The best solution for reducing the eyesore view between Winnipeg's airport and the downtown, though, is to get rid of those terrible, ugly overhead hydro lines.
People behaving badly
Re: Judicial panel quits (Nov. 21). Everywhere I look in the public realm, I see people behaving very badly who are suddenly transformed into the wronged and begin to assert their rights while not acknowledging their wrongs.
Whenever the courts become involved, the due process becomes interminable and the costs soar into the millions.
This is farce, not justice.
The public spectacle of disgusting behaviour is forced on the unwilling ad nauseam by the media, which seem to feel we want to know all the sordid details.
We need to re-examine not just the Senate, but also our entire justice system and our moral, political and media culture.
If the parties wronged had any sense of decency and any honour, they would resign and spare us further moral chaos.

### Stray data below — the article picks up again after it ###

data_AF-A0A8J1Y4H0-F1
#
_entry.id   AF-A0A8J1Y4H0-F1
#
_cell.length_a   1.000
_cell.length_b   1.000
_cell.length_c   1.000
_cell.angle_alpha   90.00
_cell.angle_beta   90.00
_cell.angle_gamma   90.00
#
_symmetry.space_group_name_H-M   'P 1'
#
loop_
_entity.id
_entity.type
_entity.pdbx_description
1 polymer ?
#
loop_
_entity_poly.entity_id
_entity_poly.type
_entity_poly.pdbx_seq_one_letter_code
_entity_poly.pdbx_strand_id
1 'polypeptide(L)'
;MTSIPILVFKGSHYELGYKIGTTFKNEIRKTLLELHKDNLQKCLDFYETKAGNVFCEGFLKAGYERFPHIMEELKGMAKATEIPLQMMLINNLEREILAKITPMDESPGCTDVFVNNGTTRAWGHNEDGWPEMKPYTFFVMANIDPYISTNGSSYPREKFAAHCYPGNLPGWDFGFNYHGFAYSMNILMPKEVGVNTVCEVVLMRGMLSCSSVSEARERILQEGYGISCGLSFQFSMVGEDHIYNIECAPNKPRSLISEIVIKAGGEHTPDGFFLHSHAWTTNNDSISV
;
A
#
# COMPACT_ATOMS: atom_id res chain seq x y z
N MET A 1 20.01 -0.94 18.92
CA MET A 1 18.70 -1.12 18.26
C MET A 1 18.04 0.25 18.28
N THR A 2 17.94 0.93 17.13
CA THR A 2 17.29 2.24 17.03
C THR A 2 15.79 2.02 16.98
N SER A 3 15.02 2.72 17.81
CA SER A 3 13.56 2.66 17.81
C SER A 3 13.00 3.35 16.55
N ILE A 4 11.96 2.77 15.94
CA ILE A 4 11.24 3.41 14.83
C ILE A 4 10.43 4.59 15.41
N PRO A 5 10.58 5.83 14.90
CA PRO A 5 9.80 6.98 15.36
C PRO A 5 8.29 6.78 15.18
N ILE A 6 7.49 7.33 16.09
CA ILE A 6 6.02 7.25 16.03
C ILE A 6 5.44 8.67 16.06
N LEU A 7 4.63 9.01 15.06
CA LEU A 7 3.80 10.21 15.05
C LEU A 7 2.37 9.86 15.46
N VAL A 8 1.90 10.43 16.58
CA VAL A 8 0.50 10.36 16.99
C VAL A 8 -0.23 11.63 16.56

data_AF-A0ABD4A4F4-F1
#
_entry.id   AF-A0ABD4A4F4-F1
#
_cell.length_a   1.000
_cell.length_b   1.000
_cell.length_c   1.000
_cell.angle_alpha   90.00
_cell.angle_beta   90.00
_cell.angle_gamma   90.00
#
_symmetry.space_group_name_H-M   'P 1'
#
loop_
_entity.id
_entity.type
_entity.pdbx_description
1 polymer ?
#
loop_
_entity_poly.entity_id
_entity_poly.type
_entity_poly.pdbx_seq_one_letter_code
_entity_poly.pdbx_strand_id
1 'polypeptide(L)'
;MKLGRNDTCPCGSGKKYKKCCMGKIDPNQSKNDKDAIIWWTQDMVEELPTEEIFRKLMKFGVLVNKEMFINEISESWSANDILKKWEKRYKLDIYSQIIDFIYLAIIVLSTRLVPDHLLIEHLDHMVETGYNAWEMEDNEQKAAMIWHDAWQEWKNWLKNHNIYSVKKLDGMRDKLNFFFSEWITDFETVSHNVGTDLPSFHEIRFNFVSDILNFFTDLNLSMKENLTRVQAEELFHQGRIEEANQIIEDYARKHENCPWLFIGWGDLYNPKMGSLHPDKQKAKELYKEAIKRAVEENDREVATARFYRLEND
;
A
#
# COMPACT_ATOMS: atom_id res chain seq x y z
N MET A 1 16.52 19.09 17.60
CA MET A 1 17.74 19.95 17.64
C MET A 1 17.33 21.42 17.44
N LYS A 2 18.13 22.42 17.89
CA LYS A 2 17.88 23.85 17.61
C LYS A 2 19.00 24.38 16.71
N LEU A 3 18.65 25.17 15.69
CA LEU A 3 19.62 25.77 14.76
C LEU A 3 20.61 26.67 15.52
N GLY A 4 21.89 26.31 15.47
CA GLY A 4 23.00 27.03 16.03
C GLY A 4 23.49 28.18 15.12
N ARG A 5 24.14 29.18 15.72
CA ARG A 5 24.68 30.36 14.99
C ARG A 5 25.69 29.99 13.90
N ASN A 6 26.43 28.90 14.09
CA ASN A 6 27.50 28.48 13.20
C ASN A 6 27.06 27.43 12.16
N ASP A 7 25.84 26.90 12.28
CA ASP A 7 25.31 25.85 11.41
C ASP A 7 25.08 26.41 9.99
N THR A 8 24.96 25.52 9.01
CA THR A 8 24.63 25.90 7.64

Honouring the departed
I take exception to the angle of your feature on funerals and cremation (Ashes to ashes, Nov. 23). Allow me to point out that the living, who are the bereaved, have little to do with whether the deceased is buried whole or is cremated.
If a person makes it clear while they are alive whether they want to be cremated or buried, it is only proper that their wishes are then executed upon death.
So please do not suggest that we the living are averting our eyes from death, from the last vision of our dearly beloved in his or her stillness, when we are observing the wishes of our most beloved.
And let me point out that the love for the departed is the greatest love of all, because it is love given without expectation of anything in return.
Since I predict the Free Press will not acquiesce to the request in the Nov. 22 letters (Paper, please, not cyberspace) to publish the results of the Nov. 20 poll asking readers their preference for usage of The Forks space, because the results could only be accessed by Blippar, I will tell the reader that 23 per cent preferred green space, 15 per cent preferred restaurants and 12 per cent preferred retail stores.